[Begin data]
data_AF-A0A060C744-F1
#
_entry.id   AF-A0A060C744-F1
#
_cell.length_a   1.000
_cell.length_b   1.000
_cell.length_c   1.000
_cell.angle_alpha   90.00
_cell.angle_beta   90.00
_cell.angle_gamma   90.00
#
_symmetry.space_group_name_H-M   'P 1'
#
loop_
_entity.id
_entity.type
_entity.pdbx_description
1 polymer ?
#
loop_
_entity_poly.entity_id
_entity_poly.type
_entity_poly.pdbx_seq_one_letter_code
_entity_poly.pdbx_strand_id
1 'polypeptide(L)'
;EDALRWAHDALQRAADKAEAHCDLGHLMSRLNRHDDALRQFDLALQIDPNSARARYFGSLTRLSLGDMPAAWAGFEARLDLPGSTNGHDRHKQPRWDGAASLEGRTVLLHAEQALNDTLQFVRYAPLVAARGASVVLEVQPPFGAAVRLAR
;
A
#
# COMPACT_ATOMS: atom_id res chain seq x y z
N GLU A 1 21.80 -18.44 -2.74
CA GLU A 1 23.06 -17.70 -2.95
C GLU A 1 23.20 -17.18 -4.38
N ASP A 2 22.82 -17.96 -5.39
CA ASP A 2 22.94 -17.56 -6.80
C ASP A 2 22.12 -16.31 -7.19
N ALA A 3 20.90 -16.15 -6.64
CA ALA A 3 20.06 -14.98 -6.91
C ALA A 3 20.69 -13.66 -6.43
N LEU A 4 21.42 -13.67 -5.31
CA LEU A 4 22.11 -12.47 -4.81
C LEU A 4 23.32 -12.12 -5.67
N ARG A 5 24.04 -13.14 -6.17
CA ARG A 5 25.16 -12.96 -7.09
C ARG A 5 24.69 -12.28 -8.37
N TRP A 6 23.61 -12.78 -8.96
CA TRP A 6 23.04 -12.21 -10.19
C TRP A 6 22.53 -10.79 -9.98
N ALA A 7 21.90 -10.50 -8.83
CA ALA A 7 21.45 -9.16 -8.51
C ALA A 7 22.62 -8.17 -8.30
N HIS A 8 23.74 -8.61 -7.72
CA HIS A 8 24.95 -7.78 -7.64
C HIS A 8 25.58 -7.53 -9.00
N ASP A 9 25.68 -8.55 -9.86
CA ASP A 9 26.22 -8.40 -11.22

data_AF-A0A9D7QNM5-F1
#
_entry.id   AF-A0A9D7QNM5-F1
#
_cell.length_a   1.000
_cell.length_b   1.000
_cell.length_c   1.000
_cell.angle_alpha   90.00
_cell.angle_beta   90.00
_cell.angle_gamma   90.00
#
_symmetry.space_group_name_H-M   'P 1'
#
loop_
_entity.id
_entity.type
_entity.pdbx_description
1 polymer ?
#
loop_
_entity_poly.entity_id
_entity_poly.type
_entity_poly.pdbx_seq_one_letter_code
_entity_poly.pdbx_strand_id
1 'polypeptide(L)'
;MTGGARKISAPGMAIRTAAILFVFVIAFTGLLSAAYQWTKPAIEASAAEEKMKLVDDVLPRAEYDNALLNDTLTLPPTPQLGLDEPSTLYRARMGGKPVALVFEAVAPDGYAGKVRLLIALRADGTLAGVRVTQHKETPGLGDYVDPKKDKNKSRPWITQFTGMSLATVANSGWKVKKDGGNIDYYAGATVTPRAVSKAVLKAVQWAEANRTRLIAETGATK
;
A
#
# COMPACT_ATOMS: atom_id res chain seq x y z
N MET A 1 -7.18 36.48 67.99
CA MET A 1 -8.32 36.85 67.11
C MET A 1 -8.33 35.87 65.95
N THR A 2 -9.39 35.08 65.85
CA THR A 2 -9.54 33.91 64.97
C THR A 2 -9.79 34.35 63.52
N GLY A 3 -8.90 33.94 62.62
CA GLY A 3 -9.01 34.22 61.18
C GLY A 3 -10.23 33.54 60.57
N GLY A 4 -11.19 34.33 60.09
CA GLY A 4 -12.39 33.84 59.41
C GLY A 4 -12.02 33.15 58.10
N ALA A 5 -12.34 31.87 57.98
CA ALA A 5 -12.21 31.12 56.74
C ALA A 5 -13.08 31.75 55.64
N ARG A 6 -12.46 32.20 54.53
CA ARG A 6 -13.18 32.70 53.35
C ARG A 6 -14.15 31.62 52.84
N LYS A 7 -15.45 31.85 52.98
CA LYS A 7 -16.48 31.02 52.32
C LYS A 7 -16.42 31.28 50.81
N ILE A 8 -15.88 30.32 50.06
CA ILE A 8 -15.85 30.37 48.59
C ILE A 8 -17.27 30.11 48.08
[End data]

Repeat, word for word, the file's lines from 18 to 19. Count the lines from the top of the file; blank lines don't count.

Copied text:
1 polymer ?
#